Over at the Daily Beast, Nick Gillespie attempts to bring religiosity to the fuzzy-wuzzies by describing what it was like to be hit with a ridiculous grand jury subpoena and unprincipled gag order. In response, several Daily Beast commenters trot out an argument I see now and then: "well, citizens on the grand jury thought that there were grounds to issue a subpoena."
In fact, hell no, or if you prefer, bless your heart, no.
Let's talk about how federal grand jury subpoenas actually work. These days the U.S. Attorney's Office prints them from fillable pdfs. Given that we were still typing them when I left the USAO in 2000, they probably achieved this technical benchmark in 2012 or so. Assistant United States Attorneys — that is, snot-nosed punks like I was at twenty-six — issue a grand jury subpoena by filling it out, or more likely, asking their secretary to fill it out. Nominally, the subpoena is issued on behalf of the grand jury. But it is not by any stretch of the imagination, issued by the grand jury. The AUSA need not — and never does, in my experience — ask the grand jury for permission. When the target of the subpoena produces documents, most often the Assistant U.S. Attorney lets the case agent — some Special Agent of the FBI or DEA or whatever — hold on to them.
So is the grand jury involved at all? Well, sort of. If and when the federal prosecutor seeks an indictment relying in part on documents produced in response to a grand jury subpoena, they'll summarize the results of the subpoena to the grand jury. But that could be years after the fact. Prior to that, the acknowledged "best practice" is for the AUSA to appear before the grand jury, tell the grand jurors that a subpoena has been issued on their behalf, briefly outline the nature of the investigation, and ask their consent for the case agent to maintain custody of the documents produced — which, because they have been produced "to the grand jury," are governed by secrecy requirements.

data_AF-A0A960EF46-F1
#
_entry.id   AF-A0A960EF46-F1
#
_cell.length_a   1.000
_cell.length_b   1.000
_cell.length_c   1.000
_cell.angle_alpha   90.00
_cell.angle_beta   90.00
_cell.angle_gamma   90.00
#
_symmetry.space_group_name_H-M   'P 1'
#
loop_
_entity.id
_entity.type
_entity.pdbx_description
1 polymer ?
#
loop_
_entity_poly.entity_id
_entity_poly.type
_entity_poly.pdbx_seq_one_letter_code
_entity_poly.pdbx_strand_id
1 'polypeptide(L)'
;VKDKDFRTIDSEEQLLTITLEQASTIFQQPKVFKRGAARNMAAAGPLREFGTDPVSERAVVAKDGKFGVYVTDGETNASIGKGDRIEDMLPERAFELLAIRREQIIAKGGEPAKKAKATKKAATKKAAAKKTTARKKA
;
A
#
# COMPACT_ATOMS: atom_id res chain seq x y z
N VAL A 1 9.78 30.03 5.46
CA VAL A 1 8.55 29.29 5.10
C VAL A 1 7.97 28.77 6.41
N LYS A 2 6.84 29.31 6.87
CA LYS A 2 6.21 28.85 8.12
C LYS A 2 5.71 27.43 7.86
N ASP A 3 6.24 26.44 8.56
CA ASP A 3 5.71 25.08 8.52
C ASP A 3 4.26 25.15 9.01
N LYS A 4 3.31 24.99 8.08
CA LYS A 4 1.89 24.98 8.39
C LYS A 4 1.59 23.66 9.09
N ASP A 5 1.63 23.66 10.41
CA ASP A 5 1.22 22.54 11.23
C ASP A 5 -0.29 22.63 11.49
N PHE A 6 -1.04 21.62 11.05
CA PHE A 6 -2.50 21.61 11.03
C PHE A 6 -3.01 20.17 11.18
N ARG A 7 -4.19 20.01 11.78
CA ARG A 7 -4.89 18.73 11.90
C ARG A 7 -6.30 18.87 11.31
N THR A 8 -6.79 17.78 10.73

Does that always happen? No. Even when it does happen, it's rarely a significant check on the use or abuse of grand jury subpoenas. First, when I was an AUSA, I never once had a grand juror ask about why I was issuing such a subpoena or exactly what I got back. I don't know that any of them ever looked up from their newspapers. The common practice is to make a report so perfunctory that the grand jurors have no context from which to determine whether a subpoena is appropriate — and you'd only be reporting the subpoena after the fact. Second, there's often no continuity of grand jurors. In a small district you might have only one grand jury that meets once a week, and those grand jurors could, in theory, write things down in their notebooks and keep track of them over time. But in many districts there are many federal grand juries. In Los Angeles, for instance, there was a different one meeting every day of the week. AUSAs don't necessarily report subpoenas from the same investigation to the same grand jury over time. And federal grand juries turn over after a year and a half (unless extended), which means that the grand jurors hearing you report a subpoena this year won't necessarily be the same ones hearing you report the next subpoena in the investigation next year.
The United States Attorneys Manual sheds light on how subpoenas are used as a tool. Consider, for instance, the Manual's treatment of subpoenas to banks, which ought to be governed by the Financial Privacy Act of 1978. The Manual suggests some best practices: